Groundwater-surface water interactions in a volcanic maar lake (Hule maar, Costa Rica)

Published: 25 April 2024| Version 1 | DOI: 10.17632/s87wf8zdgf.1
Germain Esquivel-Hernandez,


These data include stable isotopes of carbon and water, radon-222 in water, hydrochemistry, and weather data. This study was carried out at Lake Hule, a volcanic lake in northern Costa Rica, and aimed to better understand the interactions between groundwater and surface water. Our results showed little difference in evaporation-to-inflow ratios between dry (December-April) and wet (May-November) seasons. Groundwater, precipitation, and runoff contributed ~61.3%, 24.4%, and 14.3% of total inflow to the lake, respectively. We found that carbonate buffering also played a key role in the lake chemistry, with greater carbon dioxide degassing from groundwater sources in the wet season. This study provides insight into groundwater-surface water interactions in Central America's volcanic front.


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Water samples of Lake Hule, springs, and streams were collected between March 2022 and September 2023. A passive collector was installed (Palmex Ltd., Croatia; Gröning et al., 2012) in July 2022 above the caldera wall on the east side of Lake Hule (Latitude: 10.2951°, Longitude: -84.2033°, 875 m asl) to manually collect on every rainy day in the morning (7-8 am) precipitation samples from July 2022 to September 2023. To better characterize the groundwater system in the lake basin, we collected water samples from three springs, namely Pata Gallo (982 m asl), Rio Cuarto (651 m asl), and Crucero (617 m asl). Samples were collected manually every week in the periods of March-October 2022 and March-September 2023. Water samples of streams, namely Maria Aguilar river (736 m asl), Sardinal river (453 m asl), Hule river (418 m asl), and Rio Cuarto river (417 m asl) were collected during sampling campaigns in March 2022, March 2023, and September 2023 . At Lake Hule, samples were also collected in March 2022, March 2023, and September 2023 at five sites located along a transect in the west-east direction (N=39, Figure 1). Lake samples were collected (~ 1 m below the surface) and bottom samples (in the last 1 m of the water column and as close as possible to the lake floor). The depth at which lake bottom samples were collected was in the range of 10-20 m. Water samples were collected using a 2.2 L Niskin bottle sampler (Wildco, USA). The stable isotope composition of lake, springs, streams, and precipitation samples was analyzed by CRDS spectroscopy (L2140-i, Picarro, USA). The stable isotope composition of dissolved inorganic carbon (δ13CDIC) and total alkalinity of filtered aliquots (0.45μm PTFE) were also analyzed by CRDS spectroscopy (G2201-i, Picarro, USA). Ion chromatography (Thermo Scientific ICS-5000+, CA, USA) was used to analyze ammonium, sodium, potassium, magnesium, calcium, chloride, nitrite, nitrate, and sulfate. The radon-222 activity was measured in lake, groundwater, and stream water samples using a RAD7 detector (Durridge Co., USA). Hourly meteorological variables (relative humidity, air temperature, solar radiation, wind speed and direction, and precipitation amount) were recorded at 2 m height using a Vantage Pro2 weather station (Davis Instruments, USA), which was installed next to the precipitation collector.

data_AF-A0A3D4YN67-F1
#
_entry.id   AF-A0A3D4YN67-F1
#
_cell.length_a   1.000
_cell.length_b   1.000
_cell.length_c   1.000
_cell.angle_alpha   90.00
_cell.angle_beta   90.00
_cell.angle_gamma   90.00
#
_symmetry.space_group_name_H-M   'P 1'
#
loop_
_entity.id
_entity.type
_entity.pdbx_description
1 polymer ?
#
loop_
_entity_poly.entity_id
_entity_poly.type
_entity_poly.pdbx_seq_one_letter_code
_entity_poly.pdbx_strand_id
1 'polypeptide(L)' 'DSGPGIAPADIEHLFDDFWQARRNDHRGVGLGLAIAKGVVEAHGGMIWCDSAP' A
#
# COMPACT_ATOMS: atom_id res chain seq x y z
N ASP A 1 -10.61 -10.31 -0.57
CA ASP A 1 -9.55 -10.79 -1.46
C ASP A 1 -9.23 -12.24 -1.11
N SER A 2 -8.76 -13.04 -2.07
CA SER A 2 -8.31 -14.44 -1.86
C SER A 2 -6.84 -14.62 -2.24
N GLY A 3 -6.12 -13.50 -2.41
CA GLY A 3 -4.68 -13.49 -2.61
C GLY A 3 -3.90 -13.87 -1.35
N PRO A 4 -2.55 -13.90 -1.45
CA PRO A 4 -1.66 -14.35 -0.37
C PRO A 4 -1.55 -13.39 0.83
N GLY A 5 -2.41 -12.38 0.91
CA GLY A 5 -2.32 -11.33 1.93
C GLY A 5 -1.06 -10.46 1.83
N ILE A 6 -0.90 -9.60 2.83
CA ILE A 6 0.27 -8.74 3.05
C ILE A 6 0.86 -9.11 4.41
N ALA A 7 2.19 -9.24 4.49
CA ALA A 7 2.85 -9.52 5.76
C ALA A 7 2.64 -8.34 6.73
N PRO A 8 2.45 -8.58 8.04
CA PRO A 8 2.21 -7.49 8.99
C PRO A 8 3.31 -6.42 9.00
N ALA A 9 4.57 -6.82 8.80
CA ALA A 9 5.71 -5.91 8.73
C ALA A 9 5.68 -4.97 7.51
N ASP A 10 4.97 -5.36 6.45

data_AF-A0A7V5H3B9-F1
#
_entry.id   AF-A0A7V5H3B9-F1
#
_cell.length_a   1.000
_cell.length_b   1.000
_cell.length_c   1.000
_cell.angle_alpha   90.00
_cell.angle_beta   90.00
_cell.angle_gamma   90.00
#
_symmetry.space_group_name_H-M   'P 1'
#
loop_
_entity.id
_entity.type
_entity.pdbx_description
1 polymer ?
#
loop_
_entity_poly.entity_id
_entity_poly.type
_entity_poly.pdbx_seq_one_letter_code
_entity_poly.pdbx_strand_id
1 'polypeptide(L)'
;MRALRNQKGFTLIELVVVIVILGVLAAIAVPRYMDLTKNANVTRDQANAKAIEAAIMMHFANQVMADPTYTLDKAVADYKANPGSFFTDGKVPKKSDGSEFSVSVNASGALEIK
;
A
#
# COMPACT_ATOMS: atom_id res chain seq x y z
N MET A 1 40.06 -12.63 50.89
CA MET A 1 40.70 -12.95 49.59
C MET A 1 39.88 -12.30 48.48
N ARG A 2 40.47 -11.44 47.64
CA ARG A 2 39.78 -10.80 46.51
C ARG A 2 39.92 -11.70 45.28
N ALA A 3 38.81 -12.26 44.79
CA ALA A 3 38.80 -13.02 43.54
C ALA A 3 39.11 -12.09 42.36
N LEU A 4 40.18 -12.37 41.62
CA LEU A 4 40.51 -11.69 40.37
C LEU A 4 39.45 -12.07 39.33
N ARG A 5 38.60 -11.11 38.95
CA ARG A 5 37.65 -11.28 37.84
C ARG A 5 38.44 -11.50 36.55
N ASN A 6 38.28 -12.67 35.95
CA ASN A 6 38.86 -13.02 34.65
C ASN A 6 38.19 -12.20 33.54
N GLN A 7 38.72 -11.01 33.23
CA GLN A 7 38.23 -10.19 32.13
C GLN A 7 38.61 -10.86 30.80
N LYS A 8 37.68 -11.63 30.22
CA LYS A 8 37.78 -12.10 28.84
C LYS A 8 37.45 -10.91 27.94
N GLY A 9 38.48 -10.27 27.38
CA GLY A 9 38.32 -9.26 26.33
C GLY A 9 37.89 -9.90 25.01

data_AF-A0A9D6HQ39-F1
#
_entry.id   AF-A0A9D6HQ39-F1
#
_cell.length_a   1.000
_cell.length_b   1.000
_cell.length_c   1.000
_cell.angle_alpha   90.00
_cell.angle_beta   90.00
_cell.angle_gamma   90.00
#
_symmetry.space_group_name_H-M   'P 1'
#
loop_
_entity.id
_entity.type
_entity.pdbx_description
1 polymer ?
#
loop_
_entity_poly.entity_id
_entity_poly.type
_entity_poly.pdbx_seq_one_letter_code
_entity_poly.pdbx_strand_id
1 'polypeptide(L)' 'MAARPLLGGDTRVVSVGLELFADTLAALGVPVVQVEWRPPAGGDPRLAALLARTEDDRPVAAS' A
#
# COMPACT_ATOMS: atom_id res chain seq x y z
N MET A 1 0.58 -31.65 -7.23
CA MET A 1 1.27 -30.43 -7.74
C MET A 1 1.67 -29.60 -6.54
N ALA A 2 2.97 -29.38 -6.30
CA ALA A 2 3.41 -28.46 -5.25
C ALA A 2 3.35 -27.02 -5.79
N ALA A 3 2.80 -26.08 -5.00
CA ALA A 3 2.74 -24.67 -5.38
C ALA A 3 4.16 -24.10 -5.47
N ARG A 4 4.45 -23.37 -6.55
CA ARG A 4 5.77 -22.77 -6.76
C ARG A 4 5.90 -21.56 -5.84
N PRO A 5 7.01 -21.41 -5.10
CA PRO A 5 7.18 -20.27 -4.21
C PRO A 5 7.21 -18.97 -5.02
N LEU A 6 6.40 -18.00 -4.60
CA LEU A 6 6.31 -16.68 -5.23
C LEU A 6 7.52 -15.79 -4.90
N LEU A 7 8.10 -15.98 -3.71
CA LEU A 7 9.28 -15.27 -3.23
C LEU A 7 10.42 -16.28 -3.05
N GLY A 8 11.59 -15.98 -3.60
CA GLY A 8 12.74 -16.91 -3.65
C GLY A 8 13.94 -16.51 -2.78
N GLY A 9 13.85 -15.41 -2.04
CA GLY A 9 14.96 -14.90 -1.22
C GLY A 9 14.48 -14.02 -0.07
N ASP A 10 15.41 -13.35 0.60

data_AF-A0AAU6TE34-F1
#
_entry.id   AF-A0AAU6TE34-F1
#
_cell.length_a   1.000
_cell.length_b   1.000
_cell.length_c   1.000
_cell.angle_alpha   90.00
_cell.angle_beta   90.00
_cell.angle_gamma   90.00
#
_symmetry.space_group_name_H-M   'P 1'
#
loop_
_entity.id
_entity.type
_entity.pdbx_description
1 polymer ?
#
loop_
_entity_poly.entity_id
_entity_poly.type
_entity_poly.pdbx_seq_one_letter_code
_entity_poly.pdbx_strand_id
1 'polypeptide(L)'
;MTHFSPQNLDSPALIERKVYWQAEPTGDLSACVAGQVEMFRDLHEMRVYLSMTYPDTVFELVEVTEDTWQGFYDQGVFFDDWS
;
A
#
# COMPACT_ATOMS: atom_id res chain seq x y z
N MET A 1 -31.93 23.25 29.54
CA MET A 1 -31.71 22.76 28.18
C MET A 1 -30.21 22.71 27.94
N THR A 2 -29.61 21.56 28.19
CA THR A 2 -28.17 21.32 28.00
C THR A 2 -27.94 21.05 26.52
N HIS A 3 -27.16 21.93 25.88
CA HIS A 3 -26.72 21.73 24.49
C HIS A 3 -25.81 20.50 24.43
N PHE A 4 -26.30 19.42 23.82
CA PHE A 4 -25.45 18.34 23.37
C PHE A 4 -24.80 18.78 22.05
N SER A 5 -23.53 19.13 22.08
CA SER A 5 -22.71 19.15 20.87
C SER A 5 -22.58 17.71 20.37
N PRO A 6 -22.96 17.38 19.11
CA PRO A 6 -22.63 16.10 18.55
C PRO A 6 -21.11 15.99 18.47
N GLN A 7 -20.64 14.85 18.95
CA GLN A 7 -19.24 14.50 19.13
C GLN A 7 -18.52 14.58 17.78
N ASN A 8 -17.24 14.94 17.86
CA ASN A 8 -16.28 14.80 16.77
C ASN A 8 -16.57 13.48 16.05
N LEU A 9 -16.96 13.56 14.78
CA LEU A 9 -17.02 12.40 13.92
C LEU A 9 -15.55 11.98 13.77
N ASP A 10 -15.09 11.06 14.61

Universidad Nacional de Costa Rica, International Atomic Energy Agency


Water Isotopes, Radon, Carbon Isotope, Applied Limnology


International Atomic Energy Agency

COS- 24985